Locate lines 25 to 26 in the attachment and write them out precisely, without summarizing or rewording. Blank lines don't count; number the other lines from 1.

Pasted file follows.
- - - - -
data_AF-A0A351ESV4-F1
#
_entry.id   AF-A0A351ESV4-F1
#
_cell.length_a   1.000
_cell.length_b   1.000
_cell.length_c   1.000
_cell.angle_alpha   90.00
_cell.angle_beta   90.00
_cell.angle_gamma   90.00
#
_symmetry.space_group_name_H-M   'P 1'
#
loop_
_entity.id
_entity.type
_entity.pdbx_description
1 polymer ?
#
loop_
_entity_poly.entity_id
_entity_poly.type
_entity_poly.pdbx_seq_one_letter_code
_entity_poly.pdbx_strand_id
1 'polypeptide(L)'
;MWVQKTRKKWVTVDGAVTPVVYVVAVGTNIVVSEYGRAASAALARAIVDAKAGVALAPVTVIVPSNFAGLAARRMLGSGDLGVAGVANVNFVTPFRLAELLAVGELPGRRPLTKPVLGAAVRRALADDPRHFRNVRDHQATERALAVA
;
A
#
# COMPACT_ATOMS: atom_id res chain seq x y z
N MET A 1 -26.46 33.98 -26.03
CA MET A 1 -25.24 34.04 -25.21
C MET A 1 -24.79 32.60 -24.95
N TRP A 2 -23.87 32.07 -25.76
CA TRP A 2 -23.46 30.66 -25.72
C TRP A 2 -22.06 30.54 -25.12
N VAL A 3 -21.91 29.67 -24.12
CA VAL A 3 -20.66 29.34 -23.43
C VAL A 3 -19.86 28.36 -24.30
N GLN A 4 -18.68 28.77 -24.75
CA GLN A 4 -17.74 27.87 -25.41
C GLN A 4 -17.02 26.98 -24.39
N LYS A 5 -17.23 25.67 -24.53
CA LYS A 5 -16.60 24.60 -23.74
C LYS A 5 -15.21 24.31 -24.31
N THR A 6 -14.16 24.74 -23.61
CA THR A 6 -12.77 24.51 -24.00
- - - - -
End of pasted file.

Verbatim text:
1 'polypeptide(L)'
;MWVQKTRKKWVTVDGAVTPVVYVVAVGTNIVVSEYGRAASAALARAIVDAKAGVALAPVTVIVPSNFAGLAARRMLGSGDLGVAGVANVNFVTPFRLAELLAVGELPGRRPLTKPVLGAAVRRALADDPRHFRNVRDHQATERALAVA